Assigned to Force O-2, scheduled to land at Dog White at H+120, loaded with 467th AAAW Bn, LCT 147 passed secondary control vessel at 0810 and proceeded toward beach on schedule. Made several passes at beach but could find no opening among obstacles and was driven off beach by enemy fire. In consultation with senior army officer aboard, it was decided the beach was not ready for this load. Ordered wave to operate independently. Offered assistance to LCT 27, in distress, requesting Pacific pump, but couldnt comply. None in working order. Finally beached at 1615, unloaded one halftrack with Jeep, but vehicle stalled in water. Retracted and beached again at 1619. Discharged load successfully. Proceeded to rendezvous area, then to LSTs. Called to aid damaged British LC(V) and towed it into the beach. Source: action report dated
25 June 1944.
Assigned to Force O-2, scheduled to land at Dog Red at H+120, loaded with 467th AAAW Bn. Message from wave leader at 0820: wait until he retracts, no space for all in wave. Attempted to beach at 0900, discharged one half-track, but it drowned out in water too deep. Retracted and tried to beach again at 1100, but water at bow still too deep. Beach cluttered with men and vehicles, with enemy firing constantly. Army officer-in-charge aboard urges a wait until beach is cleared because his half-tracks would be useless on the beach at this time. Beach again at 1900, unload all vehicles under fire. Ramp engine failed. Lost ramp. Source: action report dated 26 June 1944.
Curiously, while this experience was common among LCTs that morning, Admiral J.L. Hall, Jr. chose to single out this particular LCT and its action report with this negative endorsement: "The action of the Officer-in-Charge in delaying beaching and unloading was erroneous. The Landing Attack Plan was part of an order and as such should have been obeyed implicitly unless circumstances made obedience impossible. Such was not the case here. If every officer-in charge of landing craft is to disregard the Force Commanders order, and decide for himself when to land, the chances for a successful assault are small."
All landings were suspended at 0830 by order of the Commander of the 7th Naval Beach Battalion, and "during the next few hours scores of craft, including dukws and rhino-ferries were milling around off Easy Green and Easy Red waiting for a chance to come in." Source: Omaha Beachhead, American Forces in Action Series, page 79. There is no mention of this order in either the action report of LCT 149 or in the Admirals endorsement, two months later, on 9 August. Perhaps the hindsight of fifty-four years and the historical record help support the position that decisions made at the line of fire are often smarter than the view from the flagship ten miles over the horizon.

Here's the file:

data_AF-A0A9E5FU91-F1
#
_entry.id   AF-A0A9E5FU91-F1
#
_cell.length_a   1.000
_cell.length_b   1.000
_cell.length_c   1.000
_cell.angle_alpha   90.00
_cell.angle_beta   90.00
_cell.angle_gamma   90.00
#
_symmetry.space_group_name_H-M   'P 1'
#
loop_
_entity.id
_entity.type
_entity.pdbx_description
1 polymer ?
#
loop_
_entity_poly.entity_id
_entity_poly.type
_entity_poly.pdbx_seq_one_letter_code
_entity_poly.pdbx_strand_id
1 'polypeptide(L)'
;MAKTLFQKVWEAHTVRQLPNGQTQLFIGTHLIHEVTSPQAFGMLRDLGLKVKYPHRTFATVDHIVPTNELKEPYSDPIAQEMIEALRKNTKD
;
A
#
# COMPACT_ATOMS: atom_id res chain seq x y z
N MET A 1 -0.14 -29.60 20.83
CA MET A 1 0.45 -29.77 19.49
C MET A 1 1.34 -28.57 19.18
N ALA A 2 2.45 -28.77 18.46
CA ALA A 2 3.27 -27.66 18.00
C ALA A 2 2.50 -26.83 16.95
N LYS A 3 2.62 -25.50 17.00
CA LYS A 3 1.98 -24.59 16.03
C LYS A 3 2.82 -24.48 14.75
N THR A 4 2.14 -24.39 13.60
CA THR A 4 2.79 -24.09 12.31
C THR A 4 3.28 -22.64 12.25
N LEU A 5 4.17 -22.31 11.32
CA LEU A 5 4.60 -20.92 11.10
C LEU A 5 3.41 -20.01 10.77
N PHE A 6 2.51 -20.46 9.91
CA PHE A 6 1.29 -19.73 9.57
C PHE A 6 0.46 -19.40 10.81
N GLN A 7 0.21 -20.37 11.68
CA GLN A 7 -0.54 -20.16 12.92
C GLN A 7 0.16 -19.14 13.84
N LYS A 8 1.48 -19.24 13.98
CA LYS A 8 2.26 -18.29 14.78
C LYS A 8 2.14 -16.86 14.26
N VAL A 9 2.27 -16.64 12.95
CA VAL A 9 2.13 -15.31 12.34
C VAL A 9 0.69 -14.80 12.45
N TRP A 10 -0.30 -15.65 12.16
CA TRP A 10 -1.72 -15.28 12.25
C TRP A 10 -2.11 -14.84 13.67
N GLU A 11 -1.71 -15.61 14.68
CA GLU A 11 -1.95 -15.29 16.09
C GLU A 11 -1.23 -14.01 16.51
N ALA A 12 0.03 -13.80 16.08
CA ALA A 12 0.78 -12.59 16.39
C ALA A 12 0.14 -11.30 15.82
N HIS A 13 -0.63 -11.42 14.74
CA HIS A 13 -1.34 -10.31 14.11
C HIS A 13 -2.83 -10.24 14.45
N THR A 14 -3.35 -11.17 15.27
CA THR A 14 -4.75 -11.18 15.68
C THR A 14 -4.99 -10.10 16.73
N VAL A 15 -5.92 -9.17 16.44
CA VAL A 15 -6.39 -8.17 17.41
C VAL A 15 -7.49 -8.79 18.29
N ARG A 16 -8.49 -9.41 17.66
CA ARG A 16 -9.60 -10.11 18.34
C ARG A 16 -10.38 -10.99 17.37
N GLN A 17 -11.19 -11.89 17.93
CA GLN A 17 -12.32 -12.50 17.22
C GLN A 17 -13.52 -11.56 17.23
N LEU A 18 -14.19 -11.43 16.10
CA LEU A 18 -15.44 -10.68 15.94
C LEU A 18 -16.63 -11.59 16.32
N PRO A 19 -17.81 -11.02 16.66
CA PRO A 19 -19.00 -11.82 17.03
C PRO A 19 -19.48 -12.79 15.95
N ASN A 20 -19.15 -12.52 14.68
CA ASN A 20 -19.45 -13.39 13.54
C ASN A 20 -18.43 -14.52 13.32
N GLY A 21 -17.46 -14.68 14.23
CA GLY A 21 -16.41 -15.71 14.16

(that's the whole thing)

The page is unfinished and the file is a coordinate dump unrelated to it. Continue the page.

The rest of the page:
Assigned to Force O-2, scheduled to land 467th AAAW Bn at Dog White at H+120. No action report available.
Assigned to Force O-1, scheduled to land at Fox Green at H+120, loaded with 197th AAA Bn. Beached at 0945 at Easy Red. Underwater obstacle damaged starboard screw, hit by enemy fire below waterline, forward, starboard side. Retracted, without completing discharge of load. Crowded condition on beach made unloading impossible. At noon was ordered to standby for instructions before beaching again. At 1545 went alongside LCT 305 and took command of the 305. Beached next to LCT 305 at 1630, unloaded both boats. Tried but was unable to tow LCT 305 from the beach because of crowded conditions. LCT 195 continued operations under Asst. OinC. Source: action report, dated 7 July 1944.
Assigned to Force O-2, scheduled to land at Dog White at H+120, loaded with 58th Armored Field Artillery, LCT 197 attempted to beach at 1000 on D-Day, Omaha Area, but was prevented from doing so by underwater obstacles and heavy fire. Terrific concussions were felt aboard, and the seams of the craft were split open as a result of the mine explosions. The after section began to fill with water and the craft listed badly to port. Handy Billys were used to pump out the water until the craft reached the ATR 4 when larger pumps were used. After ninety minutes of pumping, the repair tug was ordered to another area. The craft attempted three more beachings with one engine but was unsuccessful. All attempts to secure aid were futile. The craft headed seaward to transfer its load to an LST. At 2035 all engines were out, the afterdeck on the port side was inundated. All Army personnel had been previously removed, and at 2055 the ship was abandoned with its complete load aboard. The craft turned over to port almost immediately and sank slowly, approximately four miles off Omaha Beach. One officer remains unaccounted for; all other personnel survived. Source: 10 July 1944 report of loss of landing craft US LCT(5) 197, LCT(5)294, by Commander, LCT Flotilla 18.